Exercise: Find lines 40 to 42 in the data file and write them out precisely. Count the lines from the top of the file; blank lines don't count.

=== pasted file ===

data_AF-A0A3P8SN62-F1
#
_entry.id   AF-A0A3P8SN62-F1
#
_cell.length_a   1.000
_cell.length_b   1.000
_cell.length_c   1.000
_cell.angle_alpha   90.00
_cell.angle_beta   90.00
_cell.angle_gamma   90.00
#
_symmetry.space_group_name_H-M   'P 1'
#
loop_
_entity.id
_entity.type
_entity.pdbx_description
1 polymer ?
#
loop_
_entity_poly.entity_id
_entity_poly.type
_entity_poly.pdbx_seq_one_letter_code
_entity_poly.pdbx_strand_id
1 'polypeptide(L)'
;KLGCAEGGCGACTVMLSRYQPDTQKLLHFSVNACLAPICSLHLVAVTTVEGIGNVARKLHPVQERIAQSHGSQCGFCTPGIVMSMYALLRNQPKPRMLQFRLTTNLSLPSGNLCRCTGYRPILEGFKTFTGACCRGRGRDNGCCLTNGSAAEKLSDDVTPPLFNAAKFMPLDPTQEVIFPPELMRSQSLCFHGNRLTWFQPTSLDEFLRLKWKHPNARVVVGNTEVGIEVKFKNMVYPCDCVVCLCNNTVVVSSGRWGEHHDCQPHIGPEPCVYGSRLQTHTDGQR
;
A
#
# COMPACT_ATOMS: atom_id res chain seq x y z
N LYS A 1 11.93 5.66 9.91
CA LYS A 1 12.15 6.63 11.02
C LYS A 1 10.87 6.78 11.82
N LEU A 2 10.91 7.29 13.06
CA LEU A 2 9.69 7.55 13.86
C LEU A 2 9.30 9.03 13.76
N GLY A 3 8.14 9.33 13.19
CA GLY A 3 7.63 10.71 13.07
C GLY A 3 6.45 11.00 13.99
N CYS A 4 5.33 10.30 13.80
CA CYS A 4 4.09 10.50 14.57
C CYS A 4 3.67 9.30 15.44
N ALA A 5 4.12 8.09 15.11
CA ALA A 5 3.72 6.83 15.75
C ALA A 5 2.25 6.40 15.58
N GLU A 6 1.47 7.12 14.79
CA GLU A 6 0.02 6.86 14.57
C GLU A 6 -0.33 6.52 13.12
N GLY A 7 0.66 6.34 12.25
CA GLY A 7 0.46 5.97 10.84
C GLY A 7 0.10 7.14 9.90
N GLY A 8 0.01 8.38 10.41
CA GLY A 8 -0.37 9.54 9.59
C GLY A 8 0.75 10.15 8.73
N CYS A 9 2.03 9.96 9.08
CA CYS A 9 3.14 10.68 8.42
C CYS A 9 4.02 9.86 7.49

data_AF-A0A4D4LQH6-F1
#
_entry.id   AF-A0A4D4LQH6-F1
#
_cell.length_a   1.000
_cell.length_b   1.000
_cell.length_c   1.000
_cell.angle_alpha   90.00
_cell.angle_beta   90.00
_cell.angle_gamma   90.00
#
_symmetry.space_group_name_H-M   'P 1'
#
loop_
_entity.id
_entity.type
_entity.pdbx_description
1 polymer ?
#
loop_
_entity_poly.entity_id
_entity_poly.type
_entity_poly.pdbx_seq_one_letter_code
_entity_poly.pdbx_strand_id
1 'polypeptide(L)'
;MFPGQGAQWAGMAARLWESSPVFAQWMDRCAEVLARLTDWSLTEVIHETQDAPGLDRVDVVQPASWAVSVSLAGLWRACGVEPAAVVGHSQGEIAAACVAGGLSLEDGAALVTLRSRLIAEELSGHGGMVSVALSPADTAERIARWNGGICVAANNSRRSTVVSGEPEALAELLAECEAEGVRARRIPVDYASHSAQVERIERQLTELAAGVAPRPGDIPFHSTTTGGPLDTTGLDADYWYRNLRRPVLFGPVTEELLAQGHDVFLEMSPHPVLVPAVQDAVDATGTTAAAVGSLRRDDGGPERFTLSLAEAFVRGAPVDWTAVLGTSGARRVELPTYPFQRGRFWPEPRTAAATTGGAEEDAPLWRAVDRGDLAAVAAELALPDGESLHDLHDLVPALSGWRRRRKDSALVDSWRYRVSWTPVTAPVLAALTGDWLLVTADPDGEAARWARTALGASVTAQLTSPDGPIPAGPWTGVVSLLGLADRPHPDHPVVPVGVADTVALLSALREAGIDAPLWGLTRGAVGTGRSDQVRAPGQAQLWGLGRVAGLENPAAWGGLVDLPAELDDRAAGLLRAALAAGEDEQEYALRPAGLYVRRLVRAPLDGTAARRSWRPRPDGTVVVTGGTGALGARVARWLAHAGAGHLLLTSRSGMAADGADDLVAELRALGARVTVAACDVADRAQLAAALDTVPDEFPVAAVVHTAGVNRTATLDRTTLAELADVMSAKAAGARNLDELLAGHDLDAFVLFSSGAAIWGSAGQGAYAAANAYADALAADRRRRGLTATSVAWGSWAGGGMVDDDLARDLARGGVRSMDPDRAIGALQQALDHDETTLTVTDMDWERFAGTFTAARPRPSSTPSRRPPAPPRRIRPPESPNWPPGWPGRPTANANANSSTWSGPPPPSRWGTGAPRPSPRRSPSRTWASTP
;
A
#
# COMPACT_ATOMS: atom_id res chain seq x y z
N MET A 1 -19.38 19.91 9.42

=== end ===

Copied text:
N CYS A 4 5.33 10.30 13.80
CA CYS A 4 4.09 10.50 14.57
C CYS A 4 3.67 9.30 15.44